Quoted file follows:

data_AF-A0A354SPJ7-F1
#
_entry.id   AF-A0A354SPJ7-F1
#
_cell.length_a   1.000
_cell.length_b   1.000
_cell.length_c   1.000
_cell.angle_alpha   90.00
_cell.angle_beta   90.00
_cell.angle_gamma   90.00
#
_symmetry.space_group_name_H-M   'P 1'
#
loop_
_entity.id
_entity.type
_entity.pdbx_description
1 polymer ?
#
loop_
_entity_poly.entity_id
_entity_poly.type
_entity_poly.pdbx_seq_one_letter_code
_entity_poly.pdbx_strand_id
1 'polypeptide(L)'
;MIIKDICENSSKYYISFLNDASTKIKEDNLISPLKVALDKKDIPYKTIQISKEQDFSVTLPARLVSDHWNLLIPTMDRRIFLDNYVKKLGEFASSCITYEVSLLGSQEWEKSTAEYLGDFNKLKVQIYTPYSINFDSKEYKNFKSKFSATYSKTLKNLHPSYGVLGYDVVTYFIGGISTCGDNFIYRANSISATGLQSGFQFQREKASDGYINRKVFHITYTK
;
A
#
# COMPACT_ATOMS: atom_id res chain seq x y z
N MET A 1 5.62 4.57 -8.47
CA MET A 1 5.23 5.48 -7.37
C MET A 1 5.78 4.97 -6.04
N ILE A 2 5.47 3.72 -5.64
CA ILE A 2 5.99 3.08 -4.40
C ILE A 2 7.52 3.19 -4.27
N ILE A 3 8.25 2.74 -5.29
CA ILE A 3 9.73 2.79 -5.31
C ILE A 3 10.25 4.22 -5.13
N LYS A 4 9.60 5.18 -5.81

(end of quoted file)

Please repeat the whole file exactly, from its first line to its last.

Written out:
data_AF-A0A354SPJ7-F1
#
_entry.id   AF-A0A354SPJ7-F1
#
_cell.length_a   1.000
_cell.length_b   1.000
_cell.length_c   1.000
_cell.angle_alpha   90.00
_cell.angle_beta   90.00
_cell.angle_gamma   90.00
#
_symmetry.space_group_name_H-M   'P 1'
#
loop_
_entity.id
_entity.type
_entity.pdbx_description
1 polymer ?
#
loop_
_entity_poly.entity_id
_entity_poly.type
_entity_poly.pdbx_seq_one_letter_code
_entity_poly.pdbx_strand_id
1 'polypeptide(L)'
;MIIKDICENSSKYYISFLNDASTKIKEDNLISPLKVALDKKDIPYKTIQISKEQDFSVTLPARLVSDHWNLLIPTMDRRIFLDNYVKKLGEFASSCITYEVSLLGSQEWEKSTAEYLGDFNKLKVQIYTPYSINFDSKEYKNFKSKFSATYSKTLKNLHPSYGVLGYDVVTYFIGGISTCGDNFIYRANSISATGLQSGFQFQREKASDGYINRKVFHITYTK
;
A
#
# COMPACT_ATOMS: atom_id res chain seq x y z
N MET A 1 5.62 4.57 -8.47
CA MET A 1 5.23 5.48 -7.37
C MET A 1 5.78 4.97 -6.04
N ILE A 2 5.47 3.72 -5.64
CA ILE A 2 5.99 3.08 -4.40
C ILE A 2 7.52 3.19 -4.27
N ILE A 3 8.25 2.74 -5.29
CA ILE A 3 9.73 2.79 -5.31
C ILE A 3 10.25 4.22 -5.13
N LYS A 4 9.60 5.18 -5.81